July 14, 2021

OUR FAVORITE CAMPING GEARChilling in Georgia (Photo by Dominik Jirovský)

This summer we’re excited for some warm, outdoor get-togethers with good buddies. Camping is a terrific way to enjoy the great outdoors.

Whether you need some camping tips, or you think you’re a squirrel, we have you covered. Read on for a brief guide on camping accessories and gear. Trust us, it’s all in the details.

Car camping (Photo by Aiden Bowen)

The difference between enjoying camping and hating it comes down to gear and planning. To that end, the first thing you need to figure out is if you’re going to be backpacking or car camping.

Are you loading up a pack with everything you might need and hiking over a mountain pass? Or are you chilling in a campground? Now, a lot of gear can be used for both situations, but there’s no earthly reason to do a week in the backcountry with a heavy cast-iron pan. Beyond the John Muir aesthetic, of course.

If you’re an absolute beginner, we’d recommend car camping first. You can load up your car with everything you can think of. Plus, you can reuse things from home without having to buy them. Just look up a few checklists online to make sure you grab the basics.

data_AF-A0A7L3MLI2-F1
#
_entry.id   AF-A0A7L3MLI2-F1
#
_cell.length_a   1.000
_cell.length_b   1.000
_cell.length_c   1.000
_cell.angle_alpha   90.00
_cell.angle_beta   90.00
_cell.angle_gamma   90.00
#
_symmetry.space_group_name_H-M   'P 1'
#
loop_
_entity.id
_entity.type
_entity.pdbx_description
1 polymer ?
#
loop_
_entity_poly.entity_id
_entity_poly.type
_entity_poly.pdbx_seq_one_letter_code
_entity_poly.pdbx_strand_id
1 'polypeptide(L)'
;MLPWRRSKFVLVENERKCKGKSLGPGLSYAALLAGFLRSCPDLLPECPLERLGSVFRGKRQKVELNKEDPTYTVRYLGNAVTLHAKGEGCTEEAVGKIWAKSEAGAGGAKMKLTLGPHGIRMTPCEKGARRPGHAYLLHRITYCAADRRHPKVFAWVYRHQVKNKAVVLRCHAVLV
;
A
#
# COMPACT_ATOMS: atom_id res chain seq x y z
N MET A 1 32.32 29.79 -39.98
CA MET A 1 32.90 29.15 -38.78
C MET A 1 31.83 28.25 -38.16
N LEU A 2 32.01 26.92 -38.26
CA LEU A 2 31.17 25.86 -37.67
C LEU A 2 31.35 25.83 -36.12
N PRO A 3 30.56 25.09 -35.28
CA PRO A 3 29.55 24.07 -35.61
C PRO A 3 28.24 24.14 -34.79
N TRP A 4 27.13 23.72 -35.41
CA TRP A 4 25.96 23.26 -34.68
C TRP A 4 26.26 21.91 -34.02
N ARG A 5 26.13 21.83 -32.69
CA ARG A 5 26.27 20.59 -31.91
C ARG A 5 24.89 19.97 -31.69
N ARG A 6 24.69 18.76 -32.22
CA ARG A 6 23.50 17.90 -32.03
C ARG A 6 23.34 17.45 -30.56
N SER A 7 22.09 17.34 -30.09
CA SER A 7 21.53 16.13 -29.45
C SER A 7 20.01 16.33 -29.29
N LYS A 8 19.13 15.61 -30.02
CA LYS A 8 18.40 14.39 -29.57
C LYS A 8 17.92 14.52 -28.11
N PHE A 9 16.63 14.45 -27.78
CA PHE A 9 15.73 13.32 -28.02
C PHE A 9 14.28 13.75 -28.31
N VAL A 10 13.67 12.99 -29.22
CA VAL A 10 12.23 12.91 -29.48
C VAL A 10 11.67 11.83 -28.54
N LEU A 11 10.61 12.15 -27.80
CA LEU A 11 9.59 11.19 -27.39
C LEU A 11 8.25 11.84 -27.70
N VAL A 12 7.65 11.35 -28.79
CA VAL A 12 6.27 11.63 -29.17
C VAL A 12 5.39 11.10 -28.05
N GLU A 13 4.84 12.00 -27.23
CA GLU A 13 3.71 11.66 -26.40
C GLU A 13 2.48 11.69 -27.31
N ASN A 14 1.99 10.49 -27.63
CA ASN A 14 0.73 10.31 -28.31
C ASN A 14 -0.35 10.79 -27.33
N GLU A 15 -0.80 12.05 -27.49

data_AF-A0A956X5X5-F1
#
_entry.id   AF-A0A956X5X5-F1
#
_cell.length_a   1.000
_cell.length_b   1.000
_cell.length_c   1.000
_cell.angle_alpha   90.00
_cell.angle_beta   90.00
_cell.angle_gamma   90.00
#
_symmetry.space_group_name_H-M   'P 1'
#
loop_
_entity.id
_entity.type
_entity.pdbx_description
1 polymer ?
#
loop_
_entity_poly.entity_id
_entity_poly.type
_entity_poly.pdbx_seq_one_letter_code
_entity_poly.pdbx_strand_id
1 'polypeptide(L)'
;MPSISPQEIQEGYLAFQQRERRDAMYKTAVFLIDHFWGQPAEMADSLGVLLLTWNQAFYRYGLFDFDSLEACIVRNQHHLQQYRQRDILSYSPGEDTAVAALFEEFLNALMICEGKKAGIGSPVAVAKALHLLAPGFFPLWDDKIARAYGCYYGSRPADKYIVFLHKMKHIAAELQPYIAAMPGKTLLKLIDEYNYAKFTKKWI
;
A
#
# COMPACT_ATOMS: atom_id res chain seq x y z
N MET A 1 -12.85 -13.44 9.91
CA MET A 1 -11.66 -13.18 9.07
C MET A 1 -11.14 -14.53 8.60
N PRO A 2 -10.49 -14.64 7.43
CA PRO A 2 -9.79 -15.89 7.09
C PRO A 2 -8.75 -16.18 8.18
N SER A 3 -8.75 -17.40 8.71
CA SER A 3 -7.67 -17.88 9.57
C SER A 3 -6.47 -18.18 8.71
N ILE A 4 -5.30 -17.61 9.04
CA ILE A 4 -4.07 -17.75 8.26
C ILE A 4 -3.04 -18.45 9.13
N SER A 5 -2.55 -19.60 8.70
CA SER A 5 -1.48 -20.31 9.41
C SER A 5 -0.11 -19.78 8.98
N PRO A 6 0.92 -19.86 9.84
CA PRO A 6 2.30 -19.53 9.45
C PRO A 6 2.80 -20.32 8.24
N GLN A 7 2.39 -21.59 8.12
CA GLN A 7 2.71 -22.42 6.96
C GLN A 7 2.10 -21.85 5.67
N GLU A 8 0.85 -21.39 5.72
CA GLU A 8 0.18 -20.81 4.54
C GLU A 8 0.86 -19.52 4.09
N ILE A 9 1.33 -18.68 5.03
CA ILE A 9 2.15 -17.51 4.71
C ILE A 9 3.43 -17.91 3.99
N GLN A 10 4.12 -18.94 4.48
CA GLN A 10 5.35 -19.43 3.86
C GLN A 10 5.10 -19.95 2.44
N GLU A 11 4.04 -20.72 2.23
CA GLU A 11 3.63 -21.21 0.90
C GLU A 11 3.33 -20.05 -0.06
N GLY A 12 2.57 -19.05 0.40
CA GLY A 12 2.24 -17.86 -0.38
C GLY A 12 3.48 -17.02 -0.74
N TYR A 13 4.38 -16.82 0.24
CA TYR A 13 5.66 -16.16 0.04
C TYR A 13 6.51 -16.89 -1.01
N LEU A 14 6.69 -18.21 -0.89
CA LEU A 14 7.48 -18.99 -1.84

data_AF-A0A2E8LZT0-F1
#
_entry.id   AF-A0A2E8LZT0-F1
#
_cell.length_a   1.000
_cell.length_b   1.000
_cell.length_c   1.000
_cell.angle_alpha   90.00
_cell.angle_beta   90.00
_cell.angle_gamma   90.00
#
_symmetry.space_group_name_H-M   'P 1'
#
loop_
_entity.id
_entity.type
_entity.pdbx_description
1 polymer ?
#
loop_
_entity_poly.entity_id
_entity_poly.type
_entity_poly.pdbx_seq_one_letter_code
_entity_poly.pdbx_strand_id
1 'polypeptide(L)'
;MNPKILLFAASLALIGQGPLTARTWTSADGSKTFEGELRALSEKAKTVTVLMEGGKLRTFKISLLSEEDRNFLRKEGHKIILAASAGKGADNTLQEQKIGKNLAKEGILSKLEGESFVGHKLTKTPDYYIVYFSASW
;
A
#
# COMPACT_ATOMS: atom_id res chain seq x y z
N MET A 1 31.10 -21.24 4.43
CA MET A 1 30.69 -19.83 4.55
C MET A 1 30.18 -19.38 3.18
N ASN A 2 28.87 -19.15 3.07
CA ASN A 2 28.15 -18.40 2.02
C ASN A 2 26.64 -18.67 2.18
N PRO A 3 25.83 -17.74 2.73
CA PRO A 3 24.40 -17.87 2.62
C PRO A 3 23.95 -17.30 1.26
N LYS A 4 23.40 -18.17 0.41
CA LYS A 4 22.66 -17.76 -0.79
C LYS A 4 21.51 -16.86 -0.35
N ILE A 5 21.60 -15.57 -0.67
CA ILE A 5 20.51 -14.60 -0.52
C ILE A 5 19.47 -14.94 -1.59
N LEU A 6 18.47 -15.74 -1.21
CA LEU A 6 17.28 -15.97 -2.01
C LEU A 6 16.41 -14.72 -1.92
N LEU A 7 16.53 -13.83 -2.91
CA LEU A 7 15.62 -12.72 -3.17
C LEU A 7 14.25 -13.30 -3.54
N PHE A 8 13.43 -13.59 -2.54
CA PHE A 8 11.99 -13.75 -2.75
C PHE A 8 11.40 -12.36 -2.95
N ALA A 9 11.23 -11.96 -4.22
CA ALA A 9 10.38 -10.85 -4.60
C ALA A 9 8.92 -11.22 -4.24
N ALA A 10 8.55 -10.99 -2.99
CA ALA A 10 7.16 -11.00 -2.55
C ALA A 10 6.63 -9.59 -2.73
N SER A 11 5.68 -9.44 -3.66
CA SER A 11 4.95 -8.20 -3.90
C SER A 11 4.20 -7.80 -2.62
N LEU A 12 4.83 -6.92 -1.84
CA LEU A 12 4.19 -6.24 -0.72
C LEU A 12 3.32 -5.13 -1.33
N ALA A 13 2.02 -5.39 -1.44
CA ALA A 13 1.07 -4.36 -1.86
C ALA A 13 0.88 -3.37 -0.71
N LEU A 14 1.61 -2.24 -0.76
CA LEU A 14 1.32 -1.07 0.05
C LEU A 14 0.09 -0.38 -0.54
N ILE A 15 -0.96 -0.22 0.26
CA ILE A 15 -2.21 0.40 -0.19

Then, look at the weather report. We really can’t stress that enough. Now, we’ll assume you have basic gear, clothes, a first aid kit, water containers and all that figured out. As for accessories you may not have thought of...

Stargazing (Photo by Rahul Bhosale)

Hiking & Activity Gear

Trekking poles: These are more useful than you think if you have a heavy pack, or if you’re going long distances. Are they sexy? No. But you know what? Real men have knees.

Headlamps: Headlamps are really handy for outdoor exploring. Sometimes you’ll really need both hands. Maybe you’re tying down an errant tent stake, cooking, reading or battling wild packs of badgers. Black Diamond is a classic choice.

The Camp

Tents: Tents aren’t really an accessory, but when buying or renting one look at the number of people you have that will be sleeping in it. You can fit four people in a four-person tent, but if the weather is nice and you don’t need to conserve body heat, those four people will be a lot more comfy in a six-person. Unless you’re all into cuddling. We ain’t judging. Also, look at the season. Summer tents are not fun in the winter.

Camping in the mountains (Photo by Christopher Jolly)

Sleeping Bags: When buying a bag, consider the temperature rating of the bag. Sleeping bags have two temperature ratings — comfort and lower limit. Try to avoid lower limit. Marmot and Montbell are good brands if you need some serious warmth. We’ve also heard good things about the Big Agnes Dream Island, which should be rewarded for name alone. Consider a double bag if you’re going with a snuggly buddy.